Are you familiar with the terminology “voltage drop test” . . . ?
If so, you need to perform a voltage drop test to determine where you’re losing available voltage, as you already stated
for all I know, you might have significant voltage drop through a connector . . . in other words, 14V on one side of a connector, but significantly less on the other side
here’s a silly question . . . you are actually turning the headlight switch to the on position, not just relying on the drl to do its thing. I specifically mention drl because, as far as I’m aware, this truck never had auto headlights, just drl. I’ve seen situations where a guy would start the truck with the headlight switch in the off position, the headlights would come on dimly . . . until he actually turned the headlight switch to the on position. On some vehicles, drl alone doesn’t provide full voltage to the headlights
I’ll try to help as much as I can . . .
go to gmupfitter.com
now go to body builder manual
on the right side of the screen, choose medium/heavy duty vehicles, specifically, “click here for model year selection”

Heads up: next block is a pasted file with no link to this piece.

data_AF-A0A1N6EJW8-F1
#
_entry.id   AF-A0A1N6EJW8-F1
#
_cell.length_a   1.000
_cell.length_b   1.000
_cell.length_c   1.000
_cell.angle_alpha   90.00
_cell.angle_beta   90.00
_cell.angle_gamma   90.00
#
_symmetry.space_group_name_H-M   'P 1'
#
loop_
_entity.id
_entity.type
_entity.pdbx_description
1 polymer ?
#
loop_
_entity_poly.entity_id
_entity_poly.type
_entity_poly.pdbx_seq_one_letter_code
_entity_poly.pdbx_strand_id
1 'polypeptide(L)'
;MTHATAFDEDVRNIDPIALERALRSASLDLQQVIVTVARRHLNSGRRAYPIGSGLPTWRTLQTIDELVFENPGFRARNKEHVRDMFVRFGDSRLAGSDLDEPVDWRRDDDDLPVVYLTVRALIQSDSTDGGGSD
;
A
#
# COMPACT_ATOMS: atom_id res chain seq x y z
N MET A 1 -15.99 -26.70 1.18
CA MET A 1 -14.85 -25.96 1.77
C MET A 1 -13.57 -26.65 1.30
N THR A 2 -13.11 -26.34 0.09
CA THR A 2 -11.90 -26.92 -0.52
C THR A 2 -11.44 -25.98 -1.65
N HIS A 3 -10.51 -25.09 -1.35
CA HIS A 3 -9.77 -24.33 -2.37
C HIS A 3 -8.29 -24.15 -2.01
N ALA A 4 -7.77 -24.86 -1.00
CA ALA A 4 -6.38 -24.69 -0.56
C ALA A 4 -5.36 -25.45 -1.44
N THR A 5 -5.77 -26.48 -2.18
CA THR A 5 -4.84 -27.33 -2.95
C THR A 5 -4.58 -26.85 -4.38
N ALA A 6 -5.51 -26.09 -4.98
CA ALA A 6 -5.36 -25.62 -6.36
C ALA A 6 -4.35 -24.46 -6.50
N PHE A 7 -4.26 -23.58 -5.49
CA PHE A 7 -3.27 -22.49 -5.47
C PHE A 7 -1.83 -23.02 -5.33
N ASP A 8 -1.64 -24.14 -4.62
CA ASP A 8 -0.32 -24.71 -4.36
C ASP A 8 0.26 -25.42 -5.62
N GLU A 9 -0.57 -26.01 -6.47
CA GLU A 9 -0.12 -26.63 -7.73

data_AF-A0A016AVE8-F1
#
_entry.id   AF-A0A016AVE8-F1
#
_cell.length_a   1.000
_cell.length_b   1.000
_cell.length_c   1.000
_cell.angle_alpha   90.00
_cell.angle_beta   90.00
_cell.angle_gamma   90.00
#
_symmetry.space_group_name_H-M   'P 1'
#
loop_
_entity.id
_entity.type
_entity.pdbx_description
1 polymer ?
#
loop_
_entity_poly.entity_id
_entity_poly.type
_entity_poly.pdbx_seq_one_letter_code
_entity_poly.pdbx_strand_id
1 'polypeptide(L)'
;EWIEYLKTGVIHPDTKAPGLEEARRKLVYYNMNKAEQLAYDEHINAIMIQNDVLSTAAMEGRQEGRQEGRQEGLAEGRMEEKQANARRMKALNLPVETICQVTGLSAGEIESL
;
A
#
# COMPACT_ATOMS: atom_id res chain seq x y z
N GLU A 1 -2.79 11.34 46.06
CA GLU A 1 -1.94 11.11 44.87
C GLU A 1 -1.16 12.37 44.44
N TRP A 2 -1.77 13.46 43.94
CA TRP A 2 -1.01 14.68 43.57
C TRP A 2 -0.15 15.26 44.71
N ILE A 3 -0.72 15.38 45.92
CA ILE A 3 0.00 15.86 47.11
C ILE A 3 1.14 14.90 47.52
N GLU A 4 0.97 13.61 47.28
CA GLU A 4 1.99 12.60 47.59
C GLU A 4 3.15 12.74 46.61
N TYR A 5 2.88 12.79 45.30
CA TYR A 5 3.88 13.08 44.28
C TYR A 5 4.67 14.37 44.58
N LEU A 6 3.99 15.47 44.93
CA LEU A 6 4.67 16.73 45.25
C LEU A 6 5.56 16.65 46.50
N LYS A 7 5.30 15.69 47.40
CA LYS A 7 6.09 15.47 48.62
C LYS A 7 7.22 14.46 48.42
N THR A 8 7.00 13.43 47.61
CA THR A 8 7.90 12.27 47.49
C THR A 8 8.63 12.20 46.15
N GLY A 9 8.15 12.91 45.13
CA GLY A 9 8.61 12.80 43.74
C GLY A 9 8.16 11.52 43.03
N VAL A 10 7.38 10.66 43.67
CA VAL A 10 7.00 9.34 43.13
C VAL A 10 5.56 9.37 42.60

Once you’ve done that, you have more choices
Choose “electrical medium duty C-series” . . . it’s a pdf
It’s not perfect, but it has component locations, pinouts, schematics, and so forth
maybe it’ll give you an idea where you need to look for that “missing voltage”
another thing . . . exactly how are you measuring available voltage to the sealed beam?
Directly at the sealed beam 3-pin connector, or somewhere further back, teed in, for example?
Are you sure the sealed beam ground is okay?
Have you hooked up your meter positive to the positive terminal for the sealed beam, and hooked up the meter negative to another ground, for example battery negative post?
If you now see 14V at idle, then your sealed beam ground has a problem
Please forgive me if you’ve already done all this or if it sounds as if I’m talking down to you. I’m just throwing some ideas out there